Over the last 20 years many sport science articles have reported performance deficits — typically three-five per cent — after prolonged static stretching (more than 60 seconds per muscle group) when not including dynamic warm-up activities.

That research almost sent static stretching to extinction as a component of a warm-up. However, evidence is building to show that when shorter durations of static stretching (less than 60 seconds per muscle group) are included in a full pre-exercise warm-up that includes aerobic activity, static and dynamic stretching, and dynamic activity, there are only trivial effects on subsequent strength, power, agility, sprint and muscle endurance among other performance variables. Unfortunately, there is still reluctance to incorporate static stretching into sport, fitness and health programs.

The stretching and flexibility research may not necessarily be at fault, but the interpretation of these studies may be flawed. For example, many studies incorporated unrealistic, stretching durations. The typical warm-up stretch duration of professional athletes is around 12-17 seconds per muscle, whereas most studies have used more than 60 seconds of stretching per muscle with some studies using 20-30 minutes of static stretching with a single muscle. Secondly, the testing is often conducted almost immediately following the prolonged static stretch rather than 10-15 minutes after, when the competition or training typically start and performance impairments disappear.

It is important to include static stretching in a warm-up because it increases joint range of motion, extensibility of the muscles and tendons, and improves the ability to move the limbs during sport or training. Stretching one muscle will even improve flexibility of contralateral (opposite) and other non-stretched muscles, which would be of great benefit during rehabilitation when you cannot stretch the injured limb. 

Most muscle and tendon injuries occur when the muscle is in an elongated position. However, with stretch training, there is not only an increased range of motion, but the muscle is able to exert more force when in an extended position and can counterbalance the strain in these positions to limit injuries. There is strong evidence static stretching reduces musculotendinous injuries, particularly in sports that include explosive actions and rapid change of direction. There is also evidence chronic stretch training — a long-term stretching program — can help relieve pain.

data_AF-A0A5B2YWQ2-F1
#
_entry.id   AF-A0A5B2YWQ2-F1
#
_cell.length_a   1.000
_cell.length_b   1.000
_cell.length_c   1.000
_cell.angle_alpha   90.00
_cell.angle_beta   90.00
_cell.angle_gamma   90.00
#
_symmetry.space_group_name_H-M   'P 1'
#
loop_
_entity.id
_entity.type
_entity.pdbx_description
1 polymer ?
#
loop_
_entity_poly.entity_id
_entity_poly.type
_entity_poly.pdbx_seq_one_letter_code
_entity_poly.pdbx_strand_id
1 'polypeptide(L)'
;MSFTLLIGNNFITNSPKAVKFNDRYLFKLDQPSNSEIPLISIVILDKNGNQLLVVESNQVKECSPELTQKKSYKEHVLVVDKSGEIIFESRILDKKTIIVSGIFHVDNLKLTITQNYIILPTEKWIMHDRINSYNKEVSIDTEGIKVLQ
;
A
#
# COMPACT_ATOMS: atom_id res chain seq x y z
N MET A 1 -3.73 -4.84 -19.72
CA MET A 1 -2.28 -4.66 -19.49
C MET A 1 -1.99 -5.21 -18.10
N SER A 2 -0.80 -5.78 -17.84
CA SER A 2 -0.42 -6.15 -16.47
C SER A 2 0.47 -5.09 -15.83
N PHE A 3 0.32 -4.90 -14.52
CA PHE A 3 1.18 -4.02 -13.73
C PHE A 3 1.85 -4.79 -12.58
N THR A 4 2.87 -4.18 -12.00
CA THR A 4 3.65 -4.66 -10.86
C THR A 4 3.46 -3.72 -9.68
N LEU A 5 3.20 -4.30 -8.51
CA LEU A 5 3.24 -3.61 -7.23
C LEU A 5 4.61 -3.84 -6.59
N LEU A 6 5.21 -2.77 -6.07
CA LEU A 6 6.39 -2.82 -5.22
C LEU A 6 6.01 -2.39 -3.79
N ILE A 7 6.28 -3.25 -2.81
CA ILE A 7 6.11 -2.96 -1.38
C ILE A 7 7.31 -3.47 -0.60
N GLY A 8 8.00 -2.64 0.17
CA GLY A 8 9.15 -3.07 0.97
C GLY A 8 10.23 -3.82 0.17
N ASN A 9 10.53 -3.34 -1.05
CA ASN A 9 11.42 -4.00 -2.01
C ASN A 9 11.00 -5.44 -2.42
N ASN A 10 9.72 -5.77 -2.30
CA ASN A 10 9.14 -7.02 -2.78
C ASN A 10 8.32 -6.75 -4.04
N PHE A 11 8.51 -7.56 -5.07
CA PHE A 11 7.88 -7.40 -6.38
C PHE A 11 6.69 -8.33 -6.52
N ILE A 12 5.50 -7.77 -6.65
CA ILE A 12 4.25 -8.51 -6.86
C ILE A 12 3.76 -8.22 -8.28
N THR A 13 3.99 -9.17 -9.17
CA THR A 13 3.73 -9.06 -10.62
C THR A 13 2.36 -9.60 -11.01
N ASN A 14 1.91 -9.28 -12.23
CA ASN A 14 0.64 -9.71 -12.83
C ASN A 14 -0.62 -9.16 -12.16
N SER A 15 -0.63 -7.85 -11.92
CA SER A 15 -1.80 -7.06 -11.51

Static and dynamic stretch training can also improve balance, which, especially for seniors, may reduce the incidence of falls and associated injuries. The rationale is that improved flexibility permits an individual to accommodate, absorb and respond more efficiently to balance threats. Substantial static stretching can also help to provide cardiovascular and stress-related health benefits. 

Much of the past stretching research was not interested in the practical applications of stretching and examined stretching in isolation under impractical sport or training conditions to see how muscles responded as a basic science question.

However, when stretching research uses practical stretching protocols within a full warm-up, we find a reduction in muscle and tendon injuries, while having trivial effects on your performance. 

Prescriptions for Stretching

Chronic increase in range of motion

  • Separate training session distinct from warm-up activities
  • Two to six days per week
  • 30 to 60 seconds per muscle group
  • Minimum five minutes per week per muscle group
  • 60-100 per cent of stretch tolerance (point of discomfort)

Pre-activity (warm-up) preparation for athletic performance to acutely increase range of motion, having trivial or positive effects on performance 

(e.g., strength, power, agility, sprint)

  • Less than 60 seconds of static stretching per muscle group
  • Within a full warm-up that includes initially about five minutes of aerobic activity, static and dynamic stretching (about 90 seconds per muscle group) and subsequent 5-15 minutes of dynamic sport or task-specific activities

Reduction in musculotendinous injury incidence

  • Chronic static stretching
  • 30 seconds per muscle group (may perform multiple shorter stretches to achieve total time)
  • About five minutes per target muscle group (e.g. stretching for running would involve about five minutes of stretching of the quadriceps, hamstrings, triceps calves, hip adductors and abductors before lower-limb activities such as walking, running and jumping)

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